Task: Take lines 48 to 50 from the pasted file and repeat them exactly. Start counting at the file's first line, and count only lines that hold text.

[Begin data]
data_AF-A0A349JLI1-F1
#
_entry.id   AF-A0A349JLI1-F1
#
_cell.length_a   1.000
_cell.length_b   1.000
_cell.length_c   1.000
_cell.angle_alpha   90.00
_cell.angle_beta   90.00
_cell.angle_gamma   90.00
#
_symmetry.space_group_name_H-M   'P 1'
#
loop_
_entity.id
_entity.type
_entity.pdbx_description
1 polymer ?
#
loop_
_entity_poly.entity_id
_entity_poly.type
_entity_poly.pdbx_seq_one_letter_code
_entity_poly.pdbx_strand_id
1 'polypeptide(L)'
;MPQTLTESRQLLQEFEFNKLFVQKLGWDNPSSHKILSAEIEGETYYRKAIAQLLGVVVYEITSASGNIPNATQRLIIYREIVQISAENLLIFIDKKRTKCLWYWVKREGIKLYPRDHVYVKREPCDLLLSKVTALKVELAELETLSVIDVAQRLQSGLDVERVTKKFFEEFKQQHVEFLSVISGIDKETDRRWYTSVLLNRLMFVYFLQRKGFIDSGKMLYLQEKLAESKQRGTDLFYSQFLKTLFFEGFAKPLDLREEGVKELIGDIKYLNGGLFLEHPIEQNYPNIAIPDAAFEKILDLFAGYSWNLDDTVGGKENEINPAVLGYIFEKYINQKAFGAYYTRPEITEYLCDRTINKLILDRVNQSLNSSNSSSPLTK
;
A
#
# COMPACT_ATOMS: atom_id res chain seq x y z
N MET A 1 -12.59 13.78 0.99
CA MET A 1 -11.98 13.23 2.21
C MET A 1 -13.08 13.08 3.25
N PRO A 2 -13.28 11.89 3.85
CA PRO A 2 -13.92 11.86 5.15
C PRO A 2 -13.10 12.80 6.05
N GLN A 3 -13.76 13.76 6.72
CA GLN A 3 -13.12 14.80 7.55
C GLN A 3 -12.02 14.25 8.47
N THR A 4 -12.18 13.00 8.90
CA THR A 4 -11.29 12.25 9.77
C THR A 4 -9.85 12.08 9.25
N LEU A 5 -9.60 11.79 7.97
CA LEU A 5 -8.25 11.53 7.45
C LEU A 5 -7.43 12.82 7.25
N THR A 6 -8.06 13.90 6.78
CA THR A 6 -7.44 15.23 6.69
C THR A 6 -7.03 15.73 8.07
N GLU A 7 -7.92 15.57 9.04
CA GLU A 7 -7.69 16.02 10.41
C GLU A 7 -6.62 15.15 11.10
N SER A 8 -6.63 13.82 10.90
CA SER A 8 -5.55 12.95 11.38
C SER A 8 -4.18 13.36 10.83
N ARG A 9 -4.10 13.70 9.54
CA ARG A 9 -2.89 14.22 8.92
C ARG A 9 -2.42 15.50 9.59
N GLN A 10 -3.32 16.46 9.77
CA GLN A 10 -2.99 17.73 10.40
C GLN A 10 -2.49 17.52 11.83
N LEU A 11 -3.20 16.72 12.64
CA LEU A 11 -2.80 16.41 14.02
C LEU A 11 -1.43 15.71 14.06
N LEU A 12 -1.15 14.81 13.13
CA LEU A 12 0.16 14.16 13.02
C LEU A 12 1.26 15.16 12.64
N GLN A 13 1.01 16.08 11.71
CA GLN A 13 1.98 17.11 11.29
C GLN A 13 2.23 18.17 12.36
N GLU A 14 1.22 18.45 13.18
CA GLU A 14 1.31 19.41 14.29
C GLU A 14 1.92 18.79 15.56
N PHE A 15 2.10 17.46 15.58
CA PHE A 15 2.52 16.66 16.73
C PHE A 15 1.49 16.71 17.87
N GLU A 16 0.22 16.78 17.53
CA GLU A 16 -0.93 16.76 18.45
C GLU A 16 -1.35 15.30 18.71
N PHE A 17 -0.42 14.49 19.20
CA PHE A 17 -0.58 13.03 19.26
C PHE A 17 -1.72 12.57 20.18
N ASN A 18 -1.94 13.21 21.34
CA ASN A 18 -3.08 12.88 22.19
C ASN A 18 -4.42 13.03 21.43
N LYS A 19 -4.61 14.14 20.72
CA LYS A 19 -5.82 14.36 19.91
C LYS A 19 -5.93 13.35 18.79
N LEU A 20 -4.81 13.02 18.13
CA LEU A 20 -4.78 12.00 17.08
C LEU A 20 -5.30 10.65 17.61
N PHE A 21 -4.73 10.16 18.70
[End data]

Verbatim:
C THR A 6 -7.03 15.73 8.07
N GLU A 7 -7.92 15.57 9.04
CA GLU A 7 -7.69 16.02 10.41